Host

Maslov


February 13       

 

Speaker

Tom Lemberger (Ohio State University)

 

Title

Two-coil measurements of superfluid density (magnetic penetration depth) and coherence length in superconducting

 

Abstract

A few weeks ago, David Tanner told you all about spectroscopic measurements of superfluid density in cuprates, why superfluid density is important, and what puzzles it presents to us. This talk is about superfluid densities determined with a low-frequency measurement technique, around 50 kHz. The “two-coil” technique is restricted to study of thin films, but this is an advantage in that there are interesting superconducting compounds that exist only as films grown on substrates – the substrate stabilizes them. Such materials include certain electron-doped cuprates and BiSrCaCuO that is underdoped by oxygen removal. Also, if you want to know whether cuprates are essentially two-dimensional materials with very weak interlayer coupling, then you need to grow a film one or two unit cells thick, so it is honestly two-dimensional, and see how it behaves compared with thick samples. We’ve done this and the results are interesting. Recently, we’ve devised a phenomenological way to use the two-coil technique to determine the superconducting coherence length. It involves cranking the applied ac field up to where it creates lots of vortices and antivortices in the sample film. In this measurement, “high” field means tens of gauss. No need to go to Tallahassee to measure the upper critical field at 30 tesla or so. The underlying theory for this technique is lacking.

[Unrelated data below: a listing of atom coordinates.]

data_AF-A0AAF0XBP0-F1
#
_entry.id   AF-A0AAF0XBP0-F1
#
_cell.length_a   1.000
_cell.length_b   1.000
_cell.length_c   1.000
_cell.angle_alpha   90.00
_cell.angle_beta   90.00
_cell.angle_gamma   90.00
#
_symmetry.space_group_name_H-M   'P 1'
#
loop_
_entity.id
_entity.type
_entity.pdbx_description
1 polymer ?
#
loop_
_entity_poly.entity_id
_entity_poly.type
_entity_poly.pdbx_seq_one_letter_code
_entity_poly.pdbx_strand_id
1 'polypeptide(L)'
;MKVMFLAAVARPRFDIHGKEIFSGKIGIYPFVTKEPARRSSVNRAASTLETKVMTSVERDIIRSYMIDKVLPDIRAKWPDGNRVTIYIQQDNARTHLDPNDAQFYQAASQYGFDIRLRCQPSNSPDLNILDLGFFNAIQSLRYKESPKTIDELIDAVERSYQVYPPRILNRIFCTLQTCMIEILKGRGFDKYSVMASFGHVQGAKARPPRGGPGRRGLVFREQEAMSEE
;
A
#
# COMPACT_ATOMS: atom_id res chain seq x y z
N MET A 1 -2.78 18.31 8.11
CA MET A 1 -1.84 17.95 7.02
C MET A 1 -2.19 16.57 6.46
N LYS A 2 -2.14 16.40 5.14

Host

Tanner


February 20  

 

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Joseph Maciejko (University of Alberta)

 

Title

Superconducting Dirac fermions and mirror symmetry

 

Abstract